The Senate will cancel most of its annual August recess, Majority Leader Mitch McConnell told senators Tuesday, an election-year move that will force vulnerable Democrats to shuffle their campaign schedules. Republicans control the Senate 51-49. Some GOP senators sent a letter to McConnell last month urging him to keep the chamber in session to vote on nominations and legislation, and Senate leaders have said the appetite to stay in town has grown in their ranks.
They have previously put money into groups denying climate change and attacking unions and workers' rights, but they have also pushed criminal justice reform and made large donations to the American Civil Liberties Union. In a statement Tuesday, the majority leader said he wanted to use the recess to confirm nominees and pass appropriations bills.
White House revises spending "claw back" proposal McConnell open to amendment pushing back on Trump tariffs MORE (Tenn.) in his statement.
Democrats responded by embracing the new work schedule. That's Senator Dean Heller, a Nevada Republican. John McCain, R-Ariz., undergoes treatment for brain cancer in his home state.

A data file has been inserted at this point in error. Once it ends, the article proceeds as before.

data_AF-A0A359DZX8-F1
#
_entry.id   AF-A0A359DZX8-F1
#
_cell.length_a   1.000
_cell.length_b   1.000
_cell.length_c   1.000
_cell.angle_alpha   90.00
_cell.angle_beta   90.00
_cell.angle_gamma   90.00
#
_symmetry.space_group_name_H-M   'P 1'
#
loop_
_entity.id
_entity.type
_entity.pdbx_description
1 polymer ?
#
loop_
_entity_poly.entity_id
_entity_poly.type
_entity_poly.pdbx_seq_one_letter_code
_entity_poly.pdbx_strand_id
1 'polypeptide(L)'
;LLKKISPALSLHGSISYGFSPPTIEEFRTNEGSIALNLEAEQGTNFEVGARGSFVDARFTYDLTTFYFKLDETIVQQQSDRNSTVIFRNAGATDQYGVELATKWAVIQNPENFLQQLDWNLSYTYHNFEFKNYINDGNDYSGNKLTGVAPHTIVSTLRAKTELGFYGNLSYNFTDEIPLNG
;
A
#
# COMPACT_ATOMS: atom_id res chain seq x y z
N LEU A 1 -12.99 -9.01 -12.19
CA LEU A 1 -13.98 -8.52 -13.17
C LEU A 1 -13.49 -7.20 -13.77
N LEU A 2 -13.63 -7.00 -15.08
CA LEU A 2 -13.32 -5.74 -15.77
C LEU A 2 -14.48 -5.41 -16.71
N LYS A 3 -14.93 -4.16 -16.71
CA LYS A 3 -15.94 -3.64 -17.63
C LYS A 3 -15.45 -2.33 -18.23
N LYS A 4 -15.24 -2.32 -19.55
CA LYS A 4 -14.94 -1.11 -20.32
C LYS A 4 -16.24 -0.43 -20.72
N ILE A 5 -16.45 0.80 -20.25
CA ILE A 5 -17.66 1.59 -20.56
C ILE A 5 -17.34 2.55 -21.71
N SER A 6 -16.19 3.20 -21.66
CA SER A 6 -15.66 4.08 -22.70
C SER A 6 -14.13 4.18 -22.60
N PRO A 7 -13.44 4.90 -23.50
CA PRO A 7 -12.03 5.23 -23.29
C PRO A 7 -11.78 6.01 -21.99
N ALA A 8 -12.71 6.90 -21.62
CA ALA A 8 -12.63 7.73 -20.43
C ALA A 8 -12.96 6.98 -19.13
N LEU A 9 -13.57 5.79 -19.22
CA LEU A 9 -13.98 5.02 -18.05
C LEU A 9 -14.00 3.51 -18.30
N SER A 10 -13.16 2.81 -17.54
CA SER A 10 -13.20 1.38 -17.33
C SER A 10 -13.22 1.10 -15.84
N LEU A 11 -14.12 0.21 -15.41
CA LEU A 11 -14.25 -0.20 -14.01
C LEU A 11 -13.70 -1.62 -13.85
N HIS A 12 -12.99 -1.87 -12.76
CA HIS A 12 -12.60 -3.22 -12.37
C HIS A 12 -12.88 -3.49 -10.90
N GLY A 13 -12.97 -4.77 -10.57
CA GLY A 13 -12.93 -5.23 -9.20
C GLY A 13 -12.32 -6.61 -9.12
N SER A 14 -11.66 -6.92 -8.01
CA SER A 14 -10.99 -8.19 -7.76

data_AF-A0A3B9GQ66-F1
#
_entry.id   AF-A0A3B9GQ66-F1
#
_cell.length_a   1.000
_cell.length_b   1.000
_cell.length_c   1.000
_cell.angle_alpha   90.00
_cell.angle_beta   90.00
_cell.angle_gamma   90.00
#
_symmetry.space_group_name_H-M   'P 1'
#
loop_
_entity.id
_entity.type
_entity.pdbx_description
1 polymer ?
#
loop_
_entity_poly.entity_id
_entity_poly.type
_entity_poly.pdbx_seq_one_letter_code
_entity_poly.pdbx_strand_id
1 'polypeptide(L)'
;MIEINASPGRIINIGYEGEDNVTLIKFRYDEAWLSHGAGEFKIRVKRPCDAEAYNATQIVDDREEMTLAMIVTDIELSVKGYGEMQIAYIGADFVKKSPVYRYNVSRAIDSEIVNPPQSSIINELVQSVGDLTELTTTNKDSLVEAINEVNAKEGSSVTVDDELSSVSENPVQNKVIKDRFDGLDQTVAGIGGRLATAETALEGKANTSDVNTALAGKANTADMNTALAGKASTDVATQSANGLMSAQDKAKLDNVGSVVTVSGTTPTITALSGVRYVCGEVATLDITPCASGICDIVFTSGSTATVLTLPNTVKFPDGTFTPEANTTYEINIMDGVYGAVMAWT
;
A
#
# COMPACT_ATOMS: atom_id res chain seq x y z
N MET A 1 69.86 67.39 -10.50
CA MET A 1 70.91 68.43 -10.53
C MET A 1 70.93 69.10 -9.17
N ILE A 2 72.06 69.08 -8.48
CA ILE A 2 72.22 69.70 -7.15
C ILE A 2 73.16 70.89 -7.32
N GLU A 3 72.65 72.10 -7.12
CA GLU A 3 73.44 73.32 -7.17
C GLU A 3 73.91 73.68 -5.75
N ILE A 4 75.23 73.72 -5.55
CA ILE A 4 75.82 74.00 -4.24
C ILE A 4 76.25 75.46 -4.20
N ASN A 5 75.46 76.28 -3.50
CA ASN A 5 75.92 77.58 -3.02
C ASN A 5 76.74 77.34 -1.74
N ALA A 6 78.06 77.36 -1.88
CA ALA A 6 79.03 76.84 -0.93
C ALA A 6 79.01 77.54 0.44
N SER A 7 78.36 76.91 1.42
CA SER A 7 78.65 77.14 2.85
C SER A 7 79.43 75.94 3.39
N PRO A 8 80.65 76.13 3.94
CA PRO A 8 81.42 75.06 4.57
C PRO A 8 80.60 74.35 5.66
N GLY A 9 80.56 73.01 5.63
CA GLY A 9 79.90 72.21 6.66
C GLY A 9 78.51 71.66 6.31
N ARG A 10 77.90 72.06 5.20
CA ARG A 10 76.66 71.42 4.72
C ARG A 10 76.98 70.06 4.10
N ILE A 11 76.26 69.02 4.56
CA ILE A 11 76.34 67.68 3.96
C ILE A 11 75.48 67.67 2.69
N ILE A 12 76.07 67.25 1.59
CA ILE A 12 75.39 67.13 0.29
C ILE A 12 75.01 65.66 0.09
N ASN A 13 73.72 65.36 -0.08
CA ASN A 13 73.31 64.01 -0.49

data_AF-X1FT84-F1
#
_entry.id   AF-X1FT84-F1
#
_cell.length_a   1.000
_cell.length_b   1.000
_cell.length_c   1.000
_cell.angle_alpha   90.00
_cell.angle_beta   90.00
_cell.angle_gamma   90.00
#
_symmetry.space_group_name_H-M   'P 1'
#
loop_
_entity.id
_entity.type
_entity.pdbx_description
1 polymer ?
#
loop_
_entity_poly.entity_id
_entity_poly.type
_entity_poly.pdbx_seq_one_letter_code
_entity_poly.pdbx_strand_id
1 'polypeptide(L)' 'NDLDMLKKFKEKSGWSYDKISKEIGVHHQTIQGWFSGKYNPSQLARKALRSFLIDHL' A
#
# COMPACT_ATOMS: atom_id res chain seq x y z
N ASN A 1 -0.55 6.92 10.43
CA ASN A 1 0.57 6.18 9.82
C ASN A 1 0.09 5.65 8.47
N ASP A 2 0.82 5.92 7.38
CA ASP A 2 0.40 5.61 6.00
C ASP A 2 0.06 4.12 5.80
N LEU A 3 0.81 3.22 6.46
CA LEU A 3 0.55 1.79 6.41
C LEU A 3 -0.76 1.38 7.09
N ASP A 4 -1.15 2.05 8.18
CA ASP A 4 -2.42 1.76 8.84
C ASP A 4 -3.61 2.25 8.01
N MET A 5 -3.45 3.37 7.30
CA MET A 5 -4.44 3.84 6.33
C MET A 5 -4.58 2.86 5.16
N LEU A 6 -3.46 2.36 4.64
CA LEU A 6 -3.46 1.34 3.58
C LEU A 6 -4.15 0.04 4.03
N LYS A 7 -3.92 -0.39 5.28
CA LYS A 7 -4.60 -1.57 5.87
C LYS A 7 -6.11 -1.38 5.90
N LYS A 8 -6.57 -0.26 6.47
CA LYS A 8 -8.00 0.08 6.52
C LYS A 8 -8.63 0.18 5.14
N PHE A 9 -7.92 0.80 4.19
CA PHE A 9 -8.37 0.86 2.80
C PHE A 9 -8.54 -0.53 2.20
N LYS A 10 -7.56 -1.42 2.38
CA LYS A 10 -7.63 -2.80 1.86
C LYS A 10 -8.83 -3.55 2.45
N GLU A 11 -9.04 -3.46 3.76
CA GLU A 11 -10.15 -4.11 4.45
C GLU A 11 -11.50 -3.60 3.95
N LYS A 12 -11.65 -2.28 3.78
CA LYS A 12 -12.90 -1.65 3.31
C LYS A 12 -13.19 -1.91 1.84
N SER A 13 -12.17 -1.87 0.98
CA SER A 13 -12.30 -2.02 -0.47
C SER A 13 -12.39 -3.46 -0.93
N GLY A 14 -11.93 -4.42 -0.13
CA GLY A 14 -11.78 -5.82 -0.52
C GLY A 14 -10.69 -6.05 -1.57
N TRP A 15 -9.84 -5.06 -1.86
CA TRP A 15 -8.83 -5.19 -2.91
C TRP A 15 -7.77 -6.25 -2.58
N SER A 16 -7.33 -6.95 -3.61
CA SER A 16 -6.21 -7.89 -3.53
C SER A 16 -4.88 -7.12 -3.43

"The Senate can't walk and chew gum at the same time", Lankford said. Chris Van Hollen of Maryland, the chairman of the Democratic Senatorial Campaign Committee. "Given the fact that there are a lot more Democratic incumbents [up for reelection] in the Senate than Republicans. he wants to keep Democrats in Washington rather than campaigning". They hold a slim 51-49 advantage.
Republicans hope that approving more Trump nominations and legislation would show voters that the GOP-run government can produce results.
A more favorable Senate map has given them greater confidence about holding on to the upper chamber of Congress.
Democrats have invoked cloture on Trump's appointees, demanding 30 hours of debate rather than deferring to the president's nominees. Sen.
Ten of those Democrats are from states Donald Trump won in the 2016 presidential election. At the time, the party was still trying to undo the ACA.
Last November, the brothers helped fund Meredith Corporation's deal to buy United States magazine publisher Time Inc, which owns of some of the world's most famous magazine brands, sparking concerns that they would use their investment to wield editorial influence.